OSA's Digital Library

Biomedical Optics Express

Biomedical Optics Express

  • Editor: Joseph A. Izatt
  • Vol. 3, Iss. 2 — Feb. 1, 2012
  • pp: 296–312

Correlating light scattering with internal cellular structures

Oana C. Marina, Claire K. Sanders, and Judith R. Mourant  »View Author Affiliations

Biomedical Optics Express, Vol. 3, Issue 2, pp. 296-312 (2012)

View Full Text Article

Enhanced HTML    Acrobat PDF (1633 KB)

Browse Journals / Lookup Meetings

Browse by Journal and Year


Lookup Conference Papers

Close Browse Journals / Lookup Meetings

Article Tools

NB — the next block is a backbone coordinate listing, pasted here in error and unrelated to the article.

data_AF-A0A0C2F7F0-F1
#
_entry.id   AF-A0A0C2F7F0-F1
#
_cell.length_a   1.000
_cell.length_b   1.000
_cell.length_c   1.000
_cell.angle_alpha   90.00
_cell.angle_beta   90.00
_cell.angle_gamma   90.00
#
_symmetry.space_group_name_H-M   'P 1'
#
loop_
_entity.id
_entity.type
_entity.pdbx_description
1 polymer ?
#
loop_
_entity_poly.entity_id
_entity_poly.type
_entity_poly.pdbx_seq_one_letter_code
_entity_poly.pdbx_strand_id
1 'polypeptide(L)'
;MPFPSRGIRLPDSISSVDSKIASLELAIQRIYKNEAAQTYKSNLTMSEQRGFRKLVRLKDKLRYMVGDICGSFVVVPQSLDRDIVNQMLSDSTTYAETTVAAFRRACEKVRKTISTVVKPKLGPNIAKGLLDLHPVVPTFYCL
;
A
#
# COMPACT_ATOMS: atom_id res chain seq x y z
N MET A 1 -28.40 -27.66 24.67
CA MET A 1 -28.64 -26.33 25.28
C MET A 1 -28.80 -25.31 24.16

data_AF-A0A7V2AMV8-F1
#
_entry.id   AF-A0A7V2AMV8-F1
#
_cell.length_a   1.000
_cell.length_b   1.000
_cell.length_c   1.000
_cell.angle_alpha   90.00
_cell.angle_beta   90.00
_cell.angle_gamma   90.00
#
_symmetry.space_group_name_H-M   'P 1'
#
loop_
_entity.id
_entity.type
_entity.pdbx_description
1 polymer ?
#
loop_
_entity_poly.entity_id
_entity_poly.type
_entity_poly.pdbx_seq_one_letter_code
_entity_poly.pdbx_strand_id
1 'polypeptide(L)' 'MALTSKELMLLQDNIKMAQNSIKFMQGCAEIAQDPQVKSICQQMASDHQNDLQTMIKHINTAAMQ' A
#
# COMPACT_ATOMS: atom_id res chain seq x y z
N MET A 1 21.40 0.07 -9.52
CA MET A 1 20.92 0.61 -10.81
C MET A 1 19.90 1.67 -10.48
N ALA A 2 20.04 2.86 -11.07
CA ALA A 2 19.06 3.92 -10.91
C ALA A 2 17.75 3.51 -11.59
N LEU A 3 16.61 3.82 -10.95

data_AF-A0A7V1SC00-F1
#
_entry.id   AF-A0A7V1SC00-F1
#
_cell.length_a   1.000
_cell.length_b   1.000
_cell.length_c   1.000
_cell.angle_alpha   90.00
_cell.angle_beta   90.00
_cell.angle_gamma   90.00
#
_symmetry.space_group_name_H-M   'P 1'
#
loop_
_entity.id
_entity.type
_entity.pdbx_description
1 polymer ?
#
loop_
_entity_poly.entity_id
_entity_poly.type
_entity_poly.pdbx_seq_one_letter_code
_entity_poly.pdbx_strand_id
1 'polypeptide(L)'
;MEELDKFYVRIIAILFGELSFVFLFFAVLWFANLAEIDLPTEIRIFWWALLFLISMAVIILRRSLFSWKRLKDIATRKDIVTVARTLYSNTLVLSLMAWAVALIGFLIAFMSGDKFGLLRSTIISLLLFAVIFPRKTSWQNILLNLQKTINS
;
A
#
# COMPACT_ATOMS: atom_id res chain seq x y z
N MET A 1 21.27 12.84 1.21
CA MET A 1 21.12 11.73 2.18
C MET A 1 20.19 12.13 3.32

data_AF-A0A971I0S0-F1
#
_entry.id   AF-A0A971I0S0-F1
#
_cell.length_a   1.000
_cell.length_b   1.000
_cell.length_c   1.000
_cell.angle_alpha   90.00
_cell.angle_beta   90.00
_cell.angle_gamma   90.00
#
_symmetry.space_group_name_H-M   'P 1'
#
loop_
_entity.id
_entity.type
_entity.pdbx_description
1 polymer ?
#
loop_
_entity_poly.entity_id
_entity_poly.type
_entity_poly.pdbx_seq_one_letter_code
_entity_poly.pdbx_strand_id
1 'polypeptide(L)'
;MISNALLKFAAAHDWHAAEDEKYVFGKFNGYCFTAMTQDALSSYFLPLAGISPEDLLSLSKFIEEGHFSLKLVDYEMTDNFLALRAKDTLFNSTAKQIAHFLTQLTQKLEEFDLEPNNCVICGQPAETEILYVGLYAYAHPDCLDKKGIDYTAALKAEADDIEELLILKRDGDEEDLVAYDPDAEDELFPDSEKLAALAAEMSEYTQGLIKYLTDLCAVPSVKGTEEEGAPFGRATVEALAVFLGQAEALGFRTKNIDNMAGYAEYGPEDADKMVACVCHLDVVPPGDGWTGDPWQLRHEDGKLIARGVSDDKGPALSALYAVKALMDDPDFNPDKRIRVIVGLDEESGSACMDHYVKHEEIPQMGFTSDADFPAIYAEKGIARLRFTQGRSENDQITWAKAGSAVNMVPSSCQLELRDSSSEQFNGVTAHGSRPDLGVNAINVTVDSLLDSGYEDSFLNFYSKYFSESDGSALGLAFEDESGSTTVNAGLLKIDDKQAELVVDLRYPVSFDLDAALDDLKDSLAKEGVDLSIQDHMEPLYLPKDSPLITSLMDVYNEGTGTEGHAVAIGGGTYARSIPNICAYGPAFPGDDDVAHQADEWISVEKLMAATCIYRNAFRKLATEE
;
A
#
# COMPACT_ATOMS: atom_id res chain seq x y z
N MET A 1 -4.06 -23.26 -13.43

The origins of side scattering from a fibroblast and cervical cell line were determined by comparing side-scatter images with images stained for lysosomes, nuclei, and mitochondria on a cell by cell basis. Lysosomes or nuclei are the most efficient type of scatterer depending on the cell type and incident light polarization. The relative scattering efficiencies of lysosomes and mitochondria were the same for both cell lines, while the scattering efficiencies of the nuclei differed. The percent of 90° scattering from the nucleus, mitochondria, and lysosomes as well as the group of other internal cellular objects was estimated. The nucleus was the largest contributor to side scatter in the cervical carcinoma cells. The contributions of lysosomes, mitochondria, the nucleus, and particles unstained by either Hoechst, LysoSensor or MitoTracker ranges from ∼20% to ∼30% in fibroblast cells. The contribution of lysosomes to side scatter was much stronger when the incident light was polarized perpendicular to the scattering plane than when the polarization of the side scatter laser was parallel to the scattering plane. This dependence on side scatter polarization indicates that lysosomes contain scattering structures that are much smaller than the wavelength of light used in the measurements (785 nm). In conclusion, mitochondria were not found to be either the most efficient scatterer or to have the largest contribution to scattering in either cell line, in contrast to previous reports. Rather lysosomes, nuclei and unknown particles all have significant contributions to 90° scattering and the contributions of some of these particles can be modulated by changing the polarization of the incident light.